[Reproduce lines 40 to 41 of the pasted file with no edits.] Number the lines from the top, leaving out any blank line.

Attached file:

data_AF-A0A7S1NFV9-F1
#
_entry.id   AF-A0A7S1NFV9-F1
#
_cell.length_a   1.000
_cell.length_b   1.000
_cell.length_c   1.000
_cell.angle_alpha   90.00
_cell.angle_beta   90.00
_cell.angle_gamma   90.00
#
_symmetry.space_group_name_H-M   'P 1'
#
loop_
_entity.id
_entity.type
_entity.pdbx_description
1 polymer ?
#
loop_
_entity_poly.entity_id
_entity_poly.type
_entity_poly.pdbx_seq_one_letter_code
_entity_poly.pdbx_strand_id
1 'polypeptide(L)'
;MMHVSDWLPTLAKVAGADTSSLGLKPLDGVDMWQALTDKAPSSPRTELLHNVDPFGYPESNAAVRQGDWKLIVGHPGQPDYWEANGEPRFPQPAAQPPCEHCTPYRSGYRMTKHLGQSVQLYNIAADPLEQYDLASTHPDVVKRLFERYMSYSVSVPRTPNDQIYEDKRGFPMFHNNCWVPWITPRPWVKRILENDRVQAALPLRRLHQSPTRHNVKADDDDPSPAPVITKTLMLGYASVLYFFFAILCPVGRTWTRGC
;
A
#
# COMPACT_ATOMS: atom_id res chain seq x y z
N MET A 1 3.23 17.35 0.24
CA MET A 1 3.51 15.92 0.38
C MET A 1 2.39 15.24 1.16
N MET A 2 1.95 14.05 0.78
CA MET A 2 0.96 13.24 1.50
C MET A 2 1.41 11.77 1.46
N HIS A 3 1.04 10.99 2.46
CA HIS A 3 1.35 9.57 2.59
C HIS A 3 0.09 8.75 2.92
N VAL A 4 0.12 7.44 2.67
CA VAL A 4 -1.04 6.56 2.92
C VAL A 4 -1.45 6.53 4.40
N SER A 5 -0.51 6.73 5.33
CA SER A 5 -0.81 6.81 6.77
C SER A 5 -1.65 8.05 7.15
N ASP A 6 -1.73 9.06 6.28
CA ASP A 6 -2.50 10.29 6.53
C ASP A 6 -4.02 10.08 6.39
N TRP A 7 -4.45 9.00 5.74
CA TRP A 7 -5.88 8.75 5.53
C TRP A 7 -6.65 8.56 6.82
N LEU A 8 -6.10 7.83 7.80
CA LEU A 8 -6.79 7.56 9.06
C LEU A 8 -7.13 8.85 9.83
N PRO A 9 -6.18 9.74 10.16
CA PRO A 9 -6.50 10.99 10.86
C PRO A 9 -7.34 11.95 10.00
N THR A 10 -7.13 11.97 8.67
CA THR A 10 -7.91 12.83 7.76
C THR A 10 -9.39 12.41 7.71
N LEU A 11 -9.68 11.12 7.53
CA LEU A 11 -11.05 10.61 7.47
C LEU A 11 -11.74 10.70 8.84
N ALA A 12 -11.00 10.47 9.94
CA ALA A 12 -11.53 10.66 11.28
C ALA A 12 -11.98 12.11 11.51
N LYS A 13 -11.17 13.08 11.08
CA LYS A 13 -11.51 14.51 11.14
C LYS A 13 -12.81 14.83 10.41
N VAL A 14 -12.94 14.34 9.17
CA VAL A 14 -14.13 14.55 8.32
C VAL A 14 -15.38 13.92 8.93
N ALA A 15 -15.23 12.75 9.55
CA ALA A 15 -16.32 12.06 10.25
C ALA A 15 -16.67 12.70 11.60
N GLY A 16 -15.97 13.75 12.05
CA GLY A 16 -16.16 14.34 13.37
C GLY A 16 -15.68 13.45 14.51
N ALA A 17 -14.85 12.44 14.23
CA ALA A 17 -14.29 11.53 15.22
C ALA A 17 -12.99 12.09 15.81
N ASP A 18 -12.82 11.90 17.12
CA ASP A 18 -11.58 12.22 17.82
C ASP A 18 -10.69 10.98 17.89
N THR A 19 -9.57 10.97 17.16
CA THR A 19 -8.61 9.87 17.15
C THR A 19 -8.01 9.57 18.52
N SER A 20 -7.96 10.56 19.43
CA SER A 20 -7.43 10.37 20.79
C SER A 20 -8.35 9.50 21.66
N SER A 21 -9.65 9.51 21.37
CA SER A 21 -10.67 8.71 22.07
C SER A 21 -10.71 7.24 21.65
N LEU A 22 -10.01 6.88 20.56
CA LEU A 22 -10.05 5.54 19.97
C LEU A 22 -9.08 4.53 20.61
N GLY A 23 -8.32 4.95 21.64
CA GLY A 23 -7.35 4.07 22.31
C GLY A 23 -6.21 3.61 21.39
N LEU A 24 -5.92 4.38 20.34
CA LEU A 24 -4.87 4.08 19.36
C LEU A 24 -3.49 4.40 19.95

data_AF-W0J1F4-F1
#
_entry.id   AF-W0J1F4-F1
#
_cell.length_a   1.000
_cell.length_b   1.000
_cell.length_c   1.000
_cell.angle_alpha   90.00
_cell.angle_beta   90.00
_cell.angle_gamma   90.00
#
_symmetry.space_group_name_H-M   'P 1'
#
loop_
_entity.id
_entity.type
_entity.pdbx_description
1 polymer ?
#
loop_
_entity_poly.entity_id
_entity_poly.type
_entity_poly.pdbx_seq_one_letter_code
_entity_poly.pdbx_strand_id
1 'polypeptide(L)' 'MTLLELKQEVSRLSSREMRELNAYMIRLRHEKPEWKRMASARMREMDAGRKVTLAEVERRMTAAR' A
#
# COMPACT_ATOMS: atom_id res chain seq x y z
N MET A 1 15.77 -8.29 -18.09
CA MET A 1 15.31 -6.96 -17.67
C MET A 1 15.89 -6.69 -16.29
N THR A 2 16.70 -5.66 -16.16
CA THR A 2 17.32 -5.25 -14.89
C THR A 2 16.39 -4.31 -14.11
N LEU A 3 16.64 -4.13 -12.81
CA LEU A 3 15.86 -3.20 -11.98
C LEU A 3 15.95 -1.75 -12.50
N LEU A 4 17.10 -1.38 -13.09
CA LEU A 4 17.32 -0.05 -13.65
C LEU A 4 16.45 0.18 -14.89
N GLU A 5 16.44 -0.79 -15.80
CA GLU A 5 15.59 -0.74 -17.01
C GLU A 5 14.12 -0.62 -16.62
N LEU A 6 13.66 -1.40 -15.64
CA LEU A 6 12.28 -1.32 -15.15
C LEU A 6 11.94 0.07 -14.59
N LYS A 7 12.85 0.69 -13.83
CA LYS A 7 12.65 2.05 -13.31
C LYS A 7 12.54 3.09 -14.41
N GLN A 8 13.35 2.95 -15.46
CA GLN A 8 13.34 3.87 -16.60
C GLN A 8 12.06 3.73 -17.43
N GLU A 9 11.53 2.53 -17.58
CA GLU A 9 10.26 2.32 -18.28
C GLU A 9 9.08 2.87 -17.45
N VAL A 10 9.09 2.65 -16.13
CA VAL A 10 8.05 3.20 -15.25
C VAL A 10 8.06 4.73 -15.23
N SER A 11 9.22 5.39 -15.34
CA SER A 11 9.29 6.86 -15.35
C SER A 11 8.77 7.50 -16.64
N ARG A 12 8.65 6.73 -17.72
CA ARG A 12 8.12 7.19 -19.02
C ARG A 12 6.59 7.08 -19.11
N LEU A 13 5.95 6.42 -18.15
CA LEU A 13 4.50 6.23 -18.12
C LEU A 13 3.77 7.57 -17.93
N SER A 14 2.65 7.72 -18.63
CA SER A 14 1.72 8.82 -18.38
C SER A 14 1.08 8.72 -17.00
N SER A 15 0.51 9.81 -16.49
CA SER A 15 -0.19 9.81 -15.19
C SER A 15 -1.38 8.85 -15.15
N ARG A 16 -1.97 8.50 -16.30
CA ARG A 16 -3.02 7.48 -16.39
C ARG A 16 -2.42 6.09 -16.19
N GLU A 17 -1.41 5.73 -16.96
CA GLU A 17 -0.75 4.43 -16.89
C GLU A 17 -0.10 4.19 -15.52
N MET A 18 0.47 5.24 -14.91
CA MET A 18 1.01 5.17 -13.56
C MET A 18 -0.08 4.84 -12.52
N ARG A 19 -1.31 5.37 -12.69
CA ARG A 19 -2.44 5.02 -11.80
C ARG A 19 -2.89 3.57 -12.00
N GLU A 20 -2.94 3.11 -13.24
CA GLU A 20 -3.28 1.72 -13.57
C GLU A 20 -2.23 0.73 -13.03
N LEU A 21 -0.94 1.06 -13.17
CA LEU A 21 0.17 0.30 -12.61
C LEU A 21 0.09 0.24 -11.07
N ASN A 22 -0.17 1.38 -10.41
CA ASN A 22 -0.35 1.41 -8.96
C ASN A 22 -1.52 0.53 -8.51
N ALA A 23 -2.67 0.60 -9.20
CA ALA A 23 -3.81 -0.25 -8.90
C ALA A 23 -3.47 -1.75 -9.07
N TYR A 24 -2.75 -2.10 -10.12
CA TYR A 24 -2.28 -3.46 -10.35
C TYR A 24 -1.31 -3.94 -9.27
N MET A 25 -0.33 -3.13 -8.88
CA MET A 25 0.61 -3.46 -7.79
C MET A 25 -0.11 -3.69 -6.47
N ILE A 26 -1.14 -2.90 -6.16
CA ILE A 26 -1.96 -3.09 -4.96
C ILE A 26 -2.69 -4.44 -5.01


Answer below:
N VAL A 4 0.12 7.44 2.67
CA VAL A 4 -1.04 6.56 2.92